08 Aug, 2014

Why Google is changing how it ranks your website

This Wednesday's Google Webmaster Blog was all about security, and how Google are going to force a safer web world. How are they proposing that this will be achieved? By encouraging website owners and developers to adopt HTTPS, in other words, install a security certificate on all websites.

Until now, generally only websites undertaking transactions that require encryption e.g. e-commerce, banking etc, have installed security certificates. Most website users know to look for https://... before entering any sensitive information into a web interface, the little lock symbol is the other indicator.

But Google want to take things further, they want all websites to go this route, with the intention of making a more secure web, from banking, to buying shoes, to reading the news, checking the weather, or reading this blog. Running HTTPS encryption makes websites less vulnerable to hacking, so that's got to be a good thing.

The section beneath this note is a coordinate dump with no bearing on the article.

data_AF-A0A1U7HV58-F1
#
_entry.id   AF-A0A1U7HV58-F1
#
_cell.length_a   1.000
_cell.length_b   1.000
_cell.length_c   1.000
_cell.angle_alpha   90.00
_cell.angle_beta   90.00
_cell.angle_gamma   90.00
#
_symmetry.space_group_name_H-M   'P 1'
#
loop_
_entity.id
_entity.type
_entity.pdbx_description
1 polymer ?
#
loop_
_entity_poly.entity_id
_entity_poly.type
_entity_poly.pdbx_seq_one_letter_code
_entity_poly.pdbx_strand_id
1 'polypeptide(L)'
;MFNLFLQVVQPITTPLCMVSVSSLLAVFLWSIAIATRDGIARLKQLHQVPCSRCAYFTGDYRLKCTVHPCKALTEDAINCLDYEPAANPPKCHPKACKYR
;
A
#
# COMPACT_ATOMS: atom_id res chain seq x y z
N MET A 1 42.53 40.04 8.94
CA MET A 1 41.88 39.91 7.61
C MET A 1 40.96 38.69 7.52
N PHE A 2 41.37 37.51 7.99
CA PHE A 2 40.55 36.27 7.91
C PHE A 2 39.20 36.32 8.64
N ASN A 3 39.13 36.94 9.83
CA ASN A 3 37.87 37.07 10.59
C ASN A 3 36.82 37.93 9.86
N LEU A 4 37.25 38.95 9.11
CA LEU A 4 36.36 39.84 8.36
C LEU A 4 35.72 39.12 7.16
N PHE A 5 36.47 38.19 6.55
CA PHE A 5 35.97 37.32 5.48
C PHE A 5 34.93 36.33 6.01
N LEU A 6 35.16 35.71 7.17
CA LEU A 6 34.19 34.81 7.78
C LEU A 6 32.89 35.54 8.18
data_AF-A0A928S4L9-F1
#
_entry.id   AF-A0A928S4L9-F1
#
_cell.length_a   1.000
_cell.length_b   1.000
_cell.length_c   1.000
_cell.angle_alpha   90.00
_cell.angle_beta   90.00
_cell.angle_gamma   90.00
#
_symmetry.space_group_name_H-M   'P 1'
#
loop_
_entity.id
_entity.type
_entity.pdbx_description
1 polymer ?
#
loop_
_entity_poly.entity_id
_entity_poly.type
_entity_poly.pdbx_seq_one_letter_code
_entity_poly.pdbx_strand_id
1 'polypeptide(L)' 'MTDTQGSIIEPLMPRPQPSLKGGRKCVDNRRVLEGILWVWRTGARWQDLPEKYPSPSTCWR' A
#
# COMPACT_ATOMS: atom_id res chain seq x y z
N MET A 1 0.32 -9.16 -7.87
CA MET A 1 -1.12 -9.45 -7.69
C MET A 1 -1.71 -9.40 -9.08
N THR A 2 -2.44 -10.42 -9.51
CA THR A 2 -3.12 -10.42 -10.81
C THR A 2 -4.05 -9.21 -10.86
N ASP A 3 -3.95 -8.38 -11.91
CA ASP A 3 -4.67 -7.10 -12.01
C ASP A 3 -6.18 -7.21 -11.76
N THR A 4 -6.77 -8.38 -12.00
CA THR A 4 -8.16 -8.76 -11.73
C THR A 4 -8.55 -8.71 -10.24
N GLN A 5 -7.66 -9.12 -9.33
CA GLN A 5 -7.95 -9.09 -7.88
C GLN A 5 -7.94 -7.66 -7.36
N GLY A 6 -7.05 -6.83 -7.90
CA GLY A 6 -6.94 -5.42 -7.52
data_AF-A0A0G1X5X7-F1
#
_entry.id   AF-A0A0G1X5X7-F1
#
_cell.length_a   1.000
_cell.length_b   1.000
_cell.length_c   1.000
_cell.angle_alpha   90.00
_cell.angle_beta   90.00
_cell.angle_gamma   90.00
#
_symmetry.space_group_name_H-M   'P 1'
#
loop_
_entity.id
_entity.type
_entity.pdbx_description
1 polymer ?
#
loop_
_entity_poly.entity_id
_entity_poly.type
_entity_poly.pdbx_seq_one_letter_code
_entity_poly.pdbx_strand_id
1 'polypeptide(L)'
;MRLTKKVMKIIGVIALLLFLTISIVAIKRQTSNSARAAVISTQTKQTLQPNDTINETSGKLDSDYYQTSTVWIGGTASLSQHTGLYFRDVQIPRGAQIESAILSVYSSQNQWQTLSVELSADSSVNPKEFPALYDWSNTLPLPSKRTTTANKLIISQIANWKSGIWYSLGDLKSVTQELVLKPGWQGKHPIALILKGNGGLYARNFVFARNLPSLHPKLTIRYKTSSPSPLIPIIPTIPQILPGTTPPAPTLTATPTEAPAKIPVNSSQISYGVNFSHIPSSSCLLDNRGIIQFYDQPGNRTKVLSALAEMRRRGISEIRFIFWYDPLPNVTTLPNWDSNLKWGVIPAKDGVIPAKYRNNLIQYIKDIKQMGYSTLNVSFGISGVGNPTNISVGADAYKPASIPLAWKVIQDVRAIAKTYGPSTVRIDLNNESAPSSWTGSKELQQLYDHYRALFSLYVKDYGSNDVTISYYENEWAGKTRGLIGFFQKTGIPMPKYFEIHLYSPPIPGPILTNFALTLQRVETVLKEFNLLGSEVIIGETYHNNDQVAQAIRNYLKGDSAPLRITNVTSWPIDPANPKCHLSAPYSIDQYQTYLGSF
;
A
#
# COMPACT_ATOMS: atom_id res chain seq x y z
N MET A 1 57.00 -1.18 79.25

Google have therefore, to encourage HTTPS use, decided to use HTTPS as a ranking signal. This means that websites using HTTPS will get ranking preference in search results. Initially it's only going to be a lightweight preference while they give websites time to make the switch, so it's not going to crucially affect your website Google rankings, but at some point they may decide to strengthen ranking preference for having HTTPS on a website.

If you're worried about what this may mean for your website, don't worry, installing a security certificate is not as expensive as it used to be. There are now quite a few options available at very reasonable prices.

We install security certificates on websites, so if you want to make your website secure, and grab that tiny (at the moment) boost that Google is giving in their search rankings for HTTPS adoption, then talk to us on (403) 621-3747 about the options and costs. After all, a more secure web is something that we will all benefit from.

Source/more information: Google Webmaster Central Blog